by Tyler Hampton, director of product marketing, Amobee (formerly Turn)
Ad context is a hot topic in the ad industry. Just ask The New York Times, which used a brand-safe message to entice advertisers at this year’s NewFronts.
No one wants their brand to appear beside a potentially offensive video or piece of content, so it’s no surprise that 62 percent of agency executives rated context and site quality as a top priority, along with good audience metrics (56 percent) and viewability metrics (48 percent), according to a recent Turn survey.
This year, a flurry of news coverage brought light to the brand safety issue. Some of the biggest brands in the world made headlines when they abruptly pulled away from YouTube following the revelation that their ads were placed in proximity to videos promoting the extremist content.
Most consumers don’t understand programmatic, so they could erroneously assume the brand bankrolls such content — a mistake that has left some beloved and respected companies tarnished.
Good Fences Make Good Neighbors
Marketers have traditionally turned to a system of whitelisting, which involves making a list of acceptable sites, or blacklisting, which requires them to identify those sites they wish to avoid.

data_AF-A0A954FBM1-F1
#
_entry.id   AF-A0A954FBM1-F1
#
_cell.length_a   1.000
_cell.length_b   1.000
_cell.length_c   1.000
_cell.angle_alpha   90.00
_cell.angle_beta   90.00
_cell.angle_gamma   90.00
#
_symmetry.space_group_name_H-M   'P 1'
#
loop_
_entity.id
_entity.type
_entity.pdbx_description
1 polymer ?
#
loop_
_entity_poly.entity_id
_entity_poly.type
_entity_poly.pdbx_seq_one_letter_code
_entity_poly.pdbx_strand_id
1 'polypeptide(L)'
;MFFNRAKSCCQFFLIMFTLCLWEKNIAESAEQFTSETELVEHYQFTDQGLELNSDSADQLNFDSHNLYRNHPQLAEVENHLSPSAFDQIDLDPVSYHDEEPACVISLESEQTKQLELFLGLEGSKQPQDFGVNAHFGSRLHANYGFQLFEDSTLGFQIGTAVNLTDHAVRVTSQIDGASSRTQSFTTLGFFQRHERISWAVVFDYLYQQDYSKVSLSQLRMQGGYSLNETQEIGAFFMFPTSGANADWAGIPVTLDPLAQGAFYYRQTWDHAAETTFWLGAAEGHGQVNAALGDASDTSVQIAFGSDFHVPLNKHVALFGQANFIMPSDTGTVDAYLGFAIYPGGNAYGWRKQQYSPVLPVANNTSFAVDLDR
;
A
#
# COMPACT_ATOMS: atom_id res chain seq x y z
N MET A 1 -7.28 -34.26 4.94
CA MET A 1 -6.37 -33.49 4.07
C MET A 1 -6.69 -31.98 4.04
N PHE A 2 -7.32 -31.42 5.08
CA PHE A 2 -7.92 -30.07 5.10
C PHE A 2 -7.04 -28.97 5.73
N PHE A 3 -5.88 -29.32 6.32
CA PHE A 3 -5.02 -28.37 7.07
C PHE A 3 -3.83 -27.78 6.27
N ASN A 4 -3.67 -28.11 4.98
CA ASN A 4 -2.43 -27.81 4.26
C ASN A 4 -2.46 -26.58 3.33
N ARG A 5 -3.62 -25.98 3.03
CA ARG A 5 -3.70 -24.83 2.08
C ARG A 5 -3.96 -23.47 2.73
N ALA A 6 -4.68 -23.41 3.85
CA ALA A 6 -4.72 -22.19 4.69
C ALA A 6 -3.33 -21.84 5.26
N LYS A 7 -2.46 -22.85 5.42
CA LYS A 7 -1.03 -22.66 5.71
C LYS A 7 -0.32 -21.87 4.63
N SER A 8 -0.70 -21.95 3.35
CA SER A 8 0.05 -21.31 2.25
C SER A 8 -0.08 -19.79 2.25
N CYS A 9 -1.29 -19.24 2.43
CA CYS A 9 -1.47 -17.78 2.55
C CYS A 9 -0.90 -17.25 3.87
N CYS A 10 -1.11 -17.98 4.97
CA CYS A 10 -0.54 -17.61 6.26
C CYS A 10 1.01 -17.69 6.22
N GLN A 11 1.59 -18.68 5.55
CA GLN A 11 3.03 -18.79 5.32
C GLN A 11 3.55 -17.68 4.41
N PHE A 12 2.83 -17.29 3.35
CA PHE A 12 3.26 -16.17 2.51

Either method poses its own set of problems. Whitelisting drastically limits the scale of the “good” buys, while objectionable sites proliferate so quickly compiling and maintaining an effective blacklist is seemingly impossible. A buyer without a decent blacklist might ask for premium sports sites, expecting ESPN or BBC Sport and instead get placement on third-rate sites that are only loosely connected to sports.
For its part, YouTube has since published strict, new guidelines governing the videos allowed to earn revenue from ads. The stricter regulations may ultimately cause some of YouTube’s prolific posters to defect to other sites, such as Facebook or Twitch, and marketers will need to be continually vigilant.
The Neighborhood Watch
Constant vigilance is easier if you have help, and finding a trusted partner is invaluable – especially one with a wealth of experience in dealing with the issue of brand safety like Amobee, an agnostic platform that works with brand safety partners to filter unsavory content.
In today’s climate, going it alone or relying on video hosts to police themselves is simply unsafe. Recent news conclusively proves there’s no time for complacency when it comes to the brand safety standards currently in use. There’s clearly work to be done, and the industry bears a critical responsibility to educate and inform advertisers on the process of vetting web pages for sensitive content.
Bob Liodice, CEO of the ANA, said in a recent statement that there’s no more important asset for a marketer than the brand. That’s why the choice of a trusted partner is crucial. Brand safety doesn’t happen by flipping a switch. Instead, it requires constant vigilance and the right expertise.
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